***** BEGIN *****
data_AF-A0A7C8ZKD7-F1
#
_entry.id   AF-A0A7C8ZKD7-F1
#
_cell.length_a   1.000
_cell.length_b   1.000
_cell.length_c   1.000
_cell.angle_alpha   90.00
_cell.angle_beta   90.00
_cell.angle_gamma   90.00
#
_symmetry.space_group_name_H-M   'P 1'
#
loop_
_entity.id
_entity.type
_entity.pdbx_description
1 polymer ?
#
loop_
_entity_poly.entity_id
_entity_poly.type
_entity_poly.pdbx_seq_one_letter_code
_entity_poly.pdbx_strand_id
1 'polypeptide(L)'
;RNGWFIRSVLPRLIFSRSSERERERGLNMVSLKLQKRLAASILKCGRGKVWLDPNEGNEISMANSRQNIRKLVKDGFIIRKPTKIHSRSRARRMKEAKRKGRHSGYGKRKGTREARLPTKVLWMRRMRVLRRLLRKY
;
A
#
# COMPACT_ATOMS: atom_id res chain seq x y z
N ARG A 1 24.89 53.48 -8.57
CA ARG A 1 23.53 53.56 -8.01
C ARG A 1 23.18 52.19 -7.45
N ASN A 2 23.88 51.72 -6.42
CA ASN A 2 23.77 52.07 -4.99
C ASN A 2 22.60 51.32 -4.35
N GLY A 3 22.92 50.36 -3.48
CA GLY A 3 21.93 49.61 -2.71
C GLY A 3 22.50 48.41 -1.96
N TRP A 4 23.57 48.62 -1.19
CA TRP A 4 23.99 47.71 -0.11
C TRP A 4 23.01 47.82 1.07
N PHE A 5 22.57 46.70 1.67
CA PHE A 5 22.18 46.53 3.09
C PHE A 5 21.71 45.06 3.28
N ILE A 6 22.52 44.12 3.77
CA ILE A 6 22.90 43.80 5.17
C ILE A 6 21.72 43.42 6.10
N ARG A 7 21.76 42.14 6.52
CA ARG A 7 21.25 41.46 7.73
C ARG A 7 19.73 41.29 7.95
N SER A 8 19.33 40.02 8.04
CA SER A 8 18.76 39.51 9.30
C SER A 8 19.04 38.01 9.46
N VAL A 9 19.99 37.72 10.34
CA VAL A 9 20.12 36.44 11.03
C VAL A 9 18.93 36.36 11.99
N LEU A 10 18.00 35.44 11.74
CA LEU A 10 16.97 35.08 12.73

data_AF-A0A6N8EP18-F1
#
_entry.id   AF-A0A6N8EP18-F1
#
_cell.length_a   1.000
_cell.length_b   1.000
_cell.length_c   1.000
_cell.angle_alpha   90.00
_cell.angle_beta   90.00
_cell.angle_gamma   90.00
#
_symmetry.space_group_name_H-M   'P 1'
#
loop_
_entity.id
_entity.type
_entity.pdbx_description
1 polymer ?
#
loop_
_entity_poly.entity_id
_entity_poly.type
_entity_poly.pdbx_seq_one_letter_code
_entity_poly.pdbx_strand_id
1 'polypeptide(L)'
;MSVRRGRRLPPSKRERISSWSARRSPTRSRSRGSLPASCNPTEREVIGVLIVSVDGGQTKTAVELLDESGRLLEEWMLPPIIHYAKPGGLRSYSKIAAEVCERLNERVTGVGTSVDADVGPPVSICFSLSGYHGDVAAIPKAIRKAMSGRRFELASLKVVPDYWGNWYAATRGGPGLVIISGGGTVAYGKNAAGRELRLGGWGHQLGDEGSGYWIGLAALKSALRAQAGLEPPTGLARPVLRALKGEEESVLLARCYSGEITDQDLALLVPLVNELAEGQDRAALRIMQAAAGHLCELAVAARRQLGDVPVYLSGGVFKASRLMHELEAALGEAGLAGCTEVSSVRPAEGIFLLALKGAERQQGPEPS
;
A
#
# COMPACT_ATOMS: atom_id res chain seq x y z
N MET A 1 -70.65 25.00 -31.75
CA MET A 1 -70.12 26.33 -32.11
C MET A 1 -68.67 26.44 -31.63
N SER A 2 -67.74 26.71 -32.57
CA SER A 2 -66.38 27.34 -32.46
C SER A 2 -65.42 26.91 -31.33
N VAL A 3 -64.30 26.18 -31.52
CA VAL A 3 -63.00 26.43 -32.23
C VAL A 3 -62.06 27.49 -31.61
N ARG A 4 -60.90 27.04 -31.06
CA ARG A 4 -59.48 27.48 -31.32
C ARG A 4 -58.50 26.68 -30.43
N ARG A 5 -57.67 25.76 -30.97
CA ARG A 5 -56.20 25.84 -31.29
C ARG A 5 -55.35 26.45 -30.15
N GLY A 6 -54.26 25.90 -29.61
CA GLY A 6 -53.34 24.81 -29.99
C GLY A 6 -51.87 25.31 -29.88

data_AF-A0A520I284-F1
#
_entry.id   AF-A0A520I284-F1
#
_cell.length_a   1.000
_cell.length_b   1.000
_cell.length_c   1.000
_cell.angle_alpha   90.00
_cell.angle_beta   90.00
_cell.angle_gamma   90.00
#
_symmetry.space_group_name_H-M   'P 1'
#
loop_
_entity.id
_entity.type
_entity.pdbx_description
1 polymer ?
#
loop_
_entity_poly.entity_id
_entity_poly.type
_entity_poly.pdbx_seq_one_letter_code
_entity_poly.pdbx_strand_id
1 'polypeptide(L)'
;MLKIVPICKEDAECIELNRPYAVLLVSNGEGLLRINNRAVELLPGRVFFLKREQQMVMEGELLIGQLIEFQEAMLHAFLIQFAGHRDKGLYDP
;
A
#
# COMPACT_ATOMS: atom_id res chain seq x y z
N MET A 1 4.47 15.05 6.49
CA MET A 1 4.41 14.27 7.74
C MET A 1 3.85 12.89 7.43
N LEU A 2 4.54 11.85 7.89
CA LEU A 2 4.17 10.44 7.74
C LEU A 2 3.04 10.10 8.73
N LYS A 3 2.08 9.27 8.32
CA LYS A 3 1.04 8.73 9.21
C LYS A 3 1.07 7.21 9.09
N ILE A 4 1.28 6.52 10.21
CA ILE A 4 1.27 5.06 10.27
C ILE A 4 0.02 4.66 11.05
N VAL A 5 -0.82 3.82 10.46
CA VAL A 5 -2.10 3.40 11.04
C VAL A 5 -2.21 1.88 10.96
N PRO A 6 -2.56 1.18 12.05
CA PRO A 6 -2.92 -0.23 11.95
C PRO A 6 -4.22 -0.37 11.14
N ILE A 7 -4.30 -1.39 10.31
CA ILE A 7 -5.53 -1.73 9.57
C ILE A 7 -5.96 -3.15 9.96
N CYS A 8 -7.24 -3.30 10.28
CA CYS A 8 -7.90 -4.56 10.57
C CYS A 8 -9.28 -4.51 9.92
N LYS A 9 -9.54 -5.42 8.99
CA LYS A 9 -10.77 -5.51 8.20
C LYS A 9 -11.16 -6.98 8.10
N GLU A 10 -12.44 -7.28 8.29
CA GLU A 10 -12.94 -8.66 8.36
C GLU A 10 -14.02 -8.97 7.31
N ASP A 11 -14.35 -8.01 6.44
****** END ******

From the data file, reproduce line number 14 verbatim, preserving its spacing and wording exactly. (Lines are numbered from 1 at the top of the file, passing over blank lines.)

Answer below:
loop_